I stoop to gather geology:
pebbles, blue-grey, cool white,
scribbled with the sea’s
language, older than God.
Cream clam shells too
flushed with pink, inky mussels.
Specimens, for my collection.
I am a specimen too:
a woman of the 19th century,
bundled into stiff layers,
hooped skirts hemmed
with seawater, waist pinched
by bone from creatures
who swim deep in the ocean.
We make our way back up the chalk cliff,
the tide behind us sucking our footprints to nothing.
The waves will not remember us.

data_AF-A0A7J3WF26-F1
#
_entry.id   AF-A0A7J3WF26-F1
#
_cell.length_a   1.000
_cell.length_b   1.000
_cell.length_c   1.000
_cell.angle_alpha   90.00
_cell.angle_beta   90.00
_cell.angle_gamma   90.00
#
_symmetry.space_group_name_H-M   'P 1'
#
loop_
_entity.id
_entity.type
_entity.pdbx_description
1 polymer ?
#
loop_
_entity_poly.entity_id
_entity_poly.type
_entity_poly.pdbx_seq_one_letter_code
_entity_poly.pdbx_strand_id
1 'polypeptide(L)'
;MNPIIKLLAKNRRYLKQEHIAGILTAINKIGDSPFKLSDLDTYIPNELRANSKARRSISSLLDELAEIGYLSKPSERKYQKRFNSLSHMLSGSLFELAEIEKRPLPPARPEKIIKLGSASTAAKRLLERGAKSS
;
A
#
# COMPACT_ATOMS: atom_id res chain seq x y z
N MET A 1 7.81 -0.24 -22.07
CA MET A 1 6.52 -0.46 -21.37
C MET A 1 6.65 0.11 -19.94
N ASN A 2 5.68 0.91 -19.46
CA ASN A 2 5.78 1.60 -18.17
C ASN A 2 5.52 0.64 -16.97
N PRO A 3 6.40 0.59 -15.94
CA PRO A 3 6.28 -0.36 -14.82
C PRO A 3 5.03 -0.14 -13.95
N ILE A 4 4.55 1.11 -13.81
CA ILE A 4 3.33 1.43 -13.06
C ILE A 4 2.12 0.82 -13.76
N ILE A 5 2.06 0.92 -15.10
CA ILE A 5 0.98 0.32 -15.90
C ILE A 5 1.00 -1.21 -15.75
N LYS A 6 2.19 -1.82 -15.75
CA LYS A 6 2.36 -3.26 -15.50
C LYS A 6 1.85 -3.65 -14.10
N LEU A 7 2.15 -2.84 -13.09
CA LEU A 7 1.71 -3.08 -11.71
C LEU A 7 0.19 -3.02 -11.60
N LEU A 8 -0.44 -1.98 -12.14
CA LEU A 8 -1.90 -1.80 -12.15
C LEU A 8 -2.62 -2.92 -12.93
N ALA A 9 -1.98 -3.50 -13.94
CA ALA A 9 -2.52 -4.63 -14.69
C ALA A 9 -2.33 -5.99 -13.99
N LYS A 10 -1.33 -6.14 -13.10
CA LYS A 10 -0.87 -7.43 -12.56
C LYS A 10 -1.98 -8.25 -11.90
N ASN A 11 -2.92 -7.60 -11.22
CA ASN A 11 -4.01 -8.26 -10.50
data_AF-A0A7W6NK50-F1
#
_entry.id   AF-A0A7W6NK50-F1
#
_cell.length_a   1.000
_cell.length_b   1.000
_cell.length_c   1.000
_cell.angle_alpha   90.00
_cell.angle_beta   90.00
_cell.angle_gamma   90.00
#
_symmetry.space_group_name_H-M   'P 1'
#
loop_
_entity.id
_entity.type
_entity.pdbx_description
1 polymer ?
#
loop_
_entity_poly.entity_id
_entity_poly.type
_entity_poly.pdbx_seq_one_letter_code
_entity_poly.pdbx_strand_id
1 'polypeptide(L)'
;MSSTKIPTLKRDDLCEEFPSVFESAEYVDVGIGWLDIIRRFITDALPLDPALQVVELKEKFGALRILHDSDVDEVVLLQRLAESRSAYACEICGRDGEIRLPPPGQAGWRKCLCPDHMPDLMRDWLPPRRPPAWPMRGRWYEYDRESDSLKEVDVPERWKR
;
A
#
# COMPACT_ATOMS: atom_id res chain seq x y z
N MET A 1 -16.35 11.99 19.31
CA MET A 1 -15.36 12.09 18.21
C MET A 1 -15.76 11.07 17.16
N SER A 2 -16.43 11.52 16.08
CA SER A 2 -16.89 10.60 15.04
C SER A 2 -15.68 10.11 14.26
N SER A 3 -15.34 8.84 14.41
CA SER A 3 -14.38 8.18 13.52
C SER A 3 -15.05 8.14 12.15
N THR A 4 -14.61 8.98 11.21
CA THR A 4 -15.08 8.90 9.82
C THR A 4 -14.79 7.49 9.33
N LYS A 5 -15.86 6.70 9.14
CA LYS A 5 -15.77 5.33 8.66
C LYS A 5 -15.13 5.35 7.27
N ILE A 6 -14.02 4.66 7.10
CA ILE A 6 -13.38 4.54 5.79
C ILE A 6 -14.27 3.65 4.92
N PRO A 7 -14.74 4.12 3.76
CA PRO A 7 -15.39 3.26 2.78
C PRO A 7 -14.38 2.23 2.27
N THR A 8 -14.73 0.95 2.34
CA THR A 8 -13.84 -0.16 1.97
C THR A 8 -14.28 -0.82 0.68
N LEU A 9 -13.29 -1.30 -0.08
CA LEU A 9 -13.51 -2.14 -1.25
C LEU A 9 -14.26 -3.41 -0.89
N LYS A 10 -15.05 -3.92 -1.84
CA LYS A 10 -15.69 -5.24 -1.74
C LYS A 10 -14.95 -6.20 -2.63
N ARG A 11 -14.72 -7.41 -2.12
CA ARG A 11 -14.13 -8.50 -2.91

But I have treasures to arrange on a shelf
in a room of drapes and heavy brocades
where plants are kept under glass.
Later, I will unwrap my pale skin
in the lamplight,
inspect its lucence
in the tipped mirror,
wonder am I God’s creation.
Penny Ayers: "I’ve won prizes in the Wells Festival of Literature International Poetry Competition 2009, and the Cardiff International Poetry Competition 2013. I’ve had work published in several journals including Brittle Star and The Dawntreader. I help run the Gloucestershire Writers’ Network for writers of prose and poetry living and working in Gloucestershire, UK."
The Ekphrastic Review
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